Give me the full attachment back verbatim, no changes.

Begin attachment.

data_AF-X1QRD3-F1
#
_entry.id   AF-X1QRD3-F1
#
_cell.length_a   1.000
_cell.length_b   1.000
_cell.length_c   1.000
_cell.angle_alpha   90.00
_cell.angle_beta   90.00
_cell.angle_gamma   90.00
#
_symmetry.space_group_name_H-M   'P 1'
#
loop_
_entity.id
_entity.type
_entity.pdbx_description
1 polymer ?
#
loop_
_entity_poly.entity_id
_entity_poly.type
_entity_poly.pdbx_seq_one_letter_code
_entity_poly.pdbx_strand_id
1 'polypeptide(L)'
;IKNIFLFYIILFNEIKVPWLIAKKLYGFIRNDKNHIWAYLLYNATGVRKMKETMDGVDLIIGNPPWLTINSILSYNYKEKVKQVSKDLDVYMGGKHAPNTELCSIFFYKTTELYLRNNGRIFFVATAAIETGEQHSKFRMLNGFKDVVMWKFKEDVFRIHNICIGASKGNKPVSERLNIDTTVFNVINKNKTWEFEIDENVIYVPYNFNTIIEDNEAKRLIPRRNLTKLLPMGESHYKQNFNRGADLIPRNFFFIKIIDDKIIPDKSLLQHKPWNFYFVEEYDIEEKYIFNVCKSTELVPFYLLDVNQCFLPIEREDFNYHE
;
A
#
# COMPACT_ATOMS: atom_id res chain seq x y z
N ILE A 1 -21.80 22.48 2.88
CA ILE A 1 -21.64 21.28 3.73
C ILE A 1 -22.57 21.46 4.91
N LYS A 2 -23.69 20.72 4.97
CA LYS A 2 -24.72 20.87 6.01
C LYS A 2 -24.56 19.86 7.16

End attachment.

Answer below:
data_AF-X1QRD3-F1
#
_entry.id   AF-X1QRD3-F1
#
_cell.length_a   1.000
_cell.length_b   1.000
_cell.length_c   1.000
_cell.angle_alpha   90.00
_cell.angle_beta   90.00
_cell.angle_gamma   90.00
#
_symmetry.space_group_name_H-M   'P 1'
#
loop_
_entity.id
_entity.type
_entity.pdbx_description
1 polymer ?
#
loop_
_entity_poly.entity_id
_entity_poly.type
_entity_poly.pdbx_seq_one_letter_code
_entity_poly.pdbx_strand_id
1 'polypeptide(L)'
;IKNIFLFYIILFNEIKVPWLIAKKLYGFIRNDKNHIWAYLLYNATGVRKMKETMDGVDLIIGNPPWLTINSILSYNYKEKVKQVSKDLDVYMGGKHAPNTELCSIFFYKTTELYLRNNGRIFFVATAAIETGEQHSKFRMLNGFKDVVMWKFKEDVFRIHNICIGASKGNKPVSERLNIDTTVFNVINKNKTWEFEIDENVIYVPYNFNTIIEDNEAKRLIPRRNLTKLLPMGESHYKQNFNRGADLIPRNFFFIKIIDDKIIPDKSLLQHKPWNFYFVEEYDIEEKYIFNVCKSTELVPFYLLDVNQCFLPIEREDFNYHE
;
A
#
# COMPACT_ATOMS: atom_id res chain seq x y z
N ILE A 1 -21.80 22.48 2.88
CA ILE A 1 -21.64 21.28 3.73
C ILE A 1 -22.57 21.46 4.91
N LYS A 2 -23.69 20.72 4.97
CA LYS A 2 -24.72 20.87 6.01
C LYS A 2 -24.56 19.86 7.16